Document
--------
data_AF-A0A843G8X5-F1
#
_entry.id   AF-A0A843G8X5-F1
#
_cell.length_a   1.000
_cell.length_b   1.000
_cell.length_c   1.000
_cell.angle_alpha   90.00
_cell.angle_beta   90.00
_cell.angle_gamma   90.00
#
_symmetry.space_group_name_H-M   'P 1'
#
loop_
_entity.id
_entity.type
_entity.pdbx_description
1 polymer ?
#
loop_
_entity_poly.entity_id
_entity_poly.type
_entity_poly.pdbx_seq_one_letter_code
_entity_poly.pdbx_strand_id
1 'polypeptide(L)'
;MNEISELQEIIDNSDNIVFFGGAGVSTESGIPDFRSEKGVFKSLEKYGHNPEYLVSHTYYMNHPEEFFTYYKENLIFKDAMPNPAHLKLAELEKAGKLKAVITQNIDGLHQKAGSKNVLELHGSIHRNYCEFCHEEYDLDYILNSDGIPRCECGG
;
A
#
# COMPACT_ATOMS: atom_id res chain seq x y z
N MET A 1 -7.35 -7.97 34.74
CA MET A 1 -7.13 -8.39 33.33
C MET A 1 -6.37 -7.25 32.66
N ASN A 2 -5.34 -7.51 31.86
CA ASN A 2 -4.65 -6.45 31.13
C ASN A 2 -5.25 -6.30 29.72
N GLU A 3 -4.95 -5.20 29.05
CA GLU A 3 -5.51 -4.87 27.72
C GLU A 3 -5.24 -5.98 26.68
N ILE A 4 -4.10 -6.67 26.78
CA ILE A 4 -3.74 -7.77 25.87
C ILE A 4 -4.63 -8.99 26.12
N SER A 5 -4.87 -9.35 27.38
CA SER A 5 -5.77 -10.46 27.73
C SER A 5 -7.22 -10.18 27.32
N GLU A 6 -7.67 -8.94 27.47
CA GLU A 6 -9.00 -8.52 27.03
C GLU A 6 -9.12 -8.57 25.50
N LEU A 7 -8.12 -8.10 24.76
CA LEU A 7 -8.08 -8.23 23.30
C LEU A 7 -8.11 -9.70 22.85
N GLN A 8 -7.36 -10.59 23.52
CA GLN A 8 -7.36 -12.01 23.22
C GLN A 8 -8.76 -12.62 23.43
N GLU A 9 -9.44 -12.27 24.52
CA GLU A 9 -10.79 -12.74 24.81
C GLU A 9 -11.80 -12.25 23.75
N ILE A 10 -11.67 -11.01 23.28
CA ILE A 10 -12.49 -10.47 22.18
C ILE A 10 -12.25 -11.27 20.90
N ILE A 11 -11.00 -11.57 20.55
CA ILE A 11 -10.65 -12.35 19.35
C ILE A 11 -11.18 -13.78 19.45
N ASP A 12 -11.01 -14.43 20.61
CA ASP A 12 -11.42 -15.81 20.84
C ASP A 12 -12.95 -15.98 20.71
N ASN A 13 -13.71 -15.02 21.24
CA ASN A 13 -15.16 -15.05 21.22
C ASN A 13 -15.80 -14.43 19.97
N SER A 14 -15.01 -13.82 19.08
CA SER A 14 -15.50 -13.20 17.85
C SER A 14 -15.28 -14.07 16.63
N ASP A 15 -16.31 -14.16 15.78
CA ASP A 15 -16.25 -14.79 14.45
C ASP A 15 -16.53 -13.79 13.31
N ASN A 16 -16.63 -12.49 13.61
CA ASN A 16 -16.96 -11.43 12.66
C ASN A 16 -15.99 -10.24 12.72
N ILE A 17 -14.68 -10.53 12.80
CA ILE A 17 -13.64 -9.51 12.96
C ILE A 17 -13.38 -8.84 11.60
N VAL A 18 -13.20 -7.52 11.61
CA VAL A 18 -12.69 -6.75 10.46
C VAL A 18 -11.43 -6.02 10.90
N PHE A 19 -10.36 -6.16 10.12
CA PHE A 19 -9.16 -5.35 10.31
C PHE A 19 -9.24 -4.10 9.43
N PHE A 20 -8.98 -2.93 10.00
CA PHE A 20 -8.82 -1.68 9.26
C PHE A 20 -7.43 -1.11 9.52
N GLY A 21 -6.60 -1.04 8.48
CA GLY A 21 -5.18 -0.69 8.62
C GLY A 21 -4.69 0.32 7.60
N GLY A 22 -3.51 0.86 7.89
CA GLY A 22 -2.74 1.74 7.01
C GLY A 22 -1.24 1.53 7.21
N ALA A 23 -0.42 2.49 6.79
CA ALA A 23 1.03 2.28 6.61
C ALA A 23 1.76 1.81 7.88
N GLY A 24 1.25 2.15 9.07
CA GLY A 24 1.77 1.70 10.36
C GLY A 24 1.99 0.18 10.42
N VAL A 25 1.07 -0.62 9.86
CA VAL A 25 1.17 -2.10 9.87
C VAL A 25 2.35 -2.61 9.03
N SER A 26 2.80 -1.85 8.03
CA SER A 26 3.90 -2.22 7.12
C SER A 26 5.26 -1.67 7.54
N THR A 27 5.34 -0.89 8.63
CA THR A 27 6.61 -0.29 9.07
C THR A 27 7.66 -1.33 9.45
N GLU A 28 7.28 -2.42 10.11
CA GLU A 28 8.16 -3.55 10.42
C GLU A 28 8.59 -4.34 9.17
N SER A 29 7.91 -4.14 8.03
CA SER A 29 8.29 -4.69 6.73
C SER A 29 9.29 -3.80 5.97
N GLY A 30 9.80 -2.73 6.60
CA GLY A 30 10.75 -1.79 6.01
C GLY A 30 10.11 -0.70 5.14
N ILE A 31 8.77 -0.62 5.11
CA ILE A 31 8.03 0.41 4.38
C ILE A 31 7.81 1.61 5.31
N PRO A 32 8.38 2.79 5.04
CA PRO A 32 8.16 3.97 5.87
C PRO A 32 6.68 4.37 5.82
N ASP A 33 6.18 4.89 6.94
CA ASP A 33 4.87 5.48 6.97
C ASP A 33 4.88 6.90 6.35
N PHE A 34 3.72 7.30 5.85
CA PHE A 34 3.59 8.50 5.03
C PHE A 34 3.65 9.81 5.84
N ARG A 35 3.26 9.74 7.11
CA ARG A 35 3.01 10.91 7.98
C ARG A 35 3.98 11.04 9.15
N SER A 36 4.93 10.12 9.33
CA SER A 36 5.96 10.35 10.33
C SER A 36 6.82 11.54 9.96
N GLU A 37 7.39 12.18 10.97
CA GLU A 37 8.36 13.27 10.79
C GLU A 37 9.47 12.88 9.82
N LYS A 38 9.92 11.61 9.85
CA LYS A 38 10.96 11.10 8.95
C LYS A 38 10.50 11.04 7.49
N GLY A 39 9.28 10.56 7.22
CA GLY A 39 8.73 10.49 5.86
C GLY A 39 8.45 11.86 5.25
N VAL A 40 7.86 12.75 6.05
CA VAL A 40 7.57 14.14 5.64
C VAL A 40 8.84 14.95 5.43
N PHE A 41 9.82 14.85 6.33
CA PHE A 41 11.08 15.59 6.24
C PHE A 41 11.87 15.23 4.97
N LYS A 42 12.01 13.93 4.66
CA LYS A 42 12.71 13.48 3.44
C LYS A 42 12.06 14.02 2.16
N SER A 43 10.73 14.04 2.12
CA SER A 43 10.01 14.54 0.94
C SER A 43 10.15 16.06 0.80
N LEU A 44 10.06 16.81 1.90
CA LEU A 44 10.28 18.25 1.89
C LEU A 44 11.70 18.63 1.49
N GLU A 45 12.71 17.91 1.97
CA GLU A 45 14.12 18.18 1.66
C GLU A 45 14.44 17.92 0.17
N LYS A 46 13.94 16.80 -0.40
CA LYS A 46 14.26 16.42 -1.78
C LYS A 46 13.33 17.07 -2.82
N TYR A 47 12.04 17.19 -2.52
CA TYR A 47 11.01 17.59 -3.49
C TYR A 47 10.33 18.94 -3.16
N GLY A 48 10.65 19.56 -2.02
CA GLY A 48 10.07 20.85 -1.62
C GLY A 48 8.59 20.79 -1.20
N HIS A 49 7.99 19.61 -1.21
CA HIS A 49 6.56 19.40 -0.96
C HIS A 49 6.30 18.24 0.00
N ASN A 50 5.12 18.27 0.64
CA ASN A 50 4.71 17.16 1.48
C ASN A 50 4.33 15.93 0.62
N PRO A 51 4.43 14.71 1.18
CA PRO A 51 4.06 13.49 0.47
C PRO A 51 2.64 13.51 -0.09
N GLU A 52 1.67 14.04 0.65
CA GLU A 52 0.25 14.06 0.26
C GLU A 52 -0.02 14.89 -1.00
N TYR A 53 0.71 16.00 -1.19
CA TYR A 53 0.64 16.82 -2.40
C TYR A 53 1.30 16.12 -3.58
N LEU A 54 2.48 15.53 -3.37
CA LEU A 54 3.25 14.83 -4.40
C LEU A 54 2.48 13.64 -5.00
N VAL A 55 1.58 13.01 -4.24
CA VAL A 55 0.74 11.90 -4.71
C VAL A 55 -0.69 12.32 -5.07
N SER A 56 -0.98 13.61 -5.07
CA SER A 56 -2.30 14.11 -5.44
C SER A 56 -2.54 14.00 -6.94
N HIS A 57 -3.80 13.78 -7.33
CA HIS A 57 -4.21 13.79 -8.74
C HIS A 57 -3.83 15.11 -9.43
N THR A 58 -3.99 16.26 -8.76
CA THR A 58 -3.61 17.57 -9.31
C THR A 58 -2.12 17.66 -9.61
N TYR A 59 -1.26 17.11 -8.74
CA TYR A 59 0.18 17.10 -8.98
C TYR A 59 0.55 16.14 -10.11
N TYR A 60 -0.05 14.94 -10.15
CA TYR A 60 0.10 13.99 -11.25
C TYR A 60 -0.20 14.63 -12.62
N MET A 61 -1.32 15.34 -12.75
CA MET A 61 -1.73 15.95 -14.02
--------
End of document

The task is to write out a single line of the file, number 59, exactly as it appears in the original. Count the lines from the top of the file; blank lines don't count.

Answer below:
CA ILE A 10 -12.49 -10.47 22.18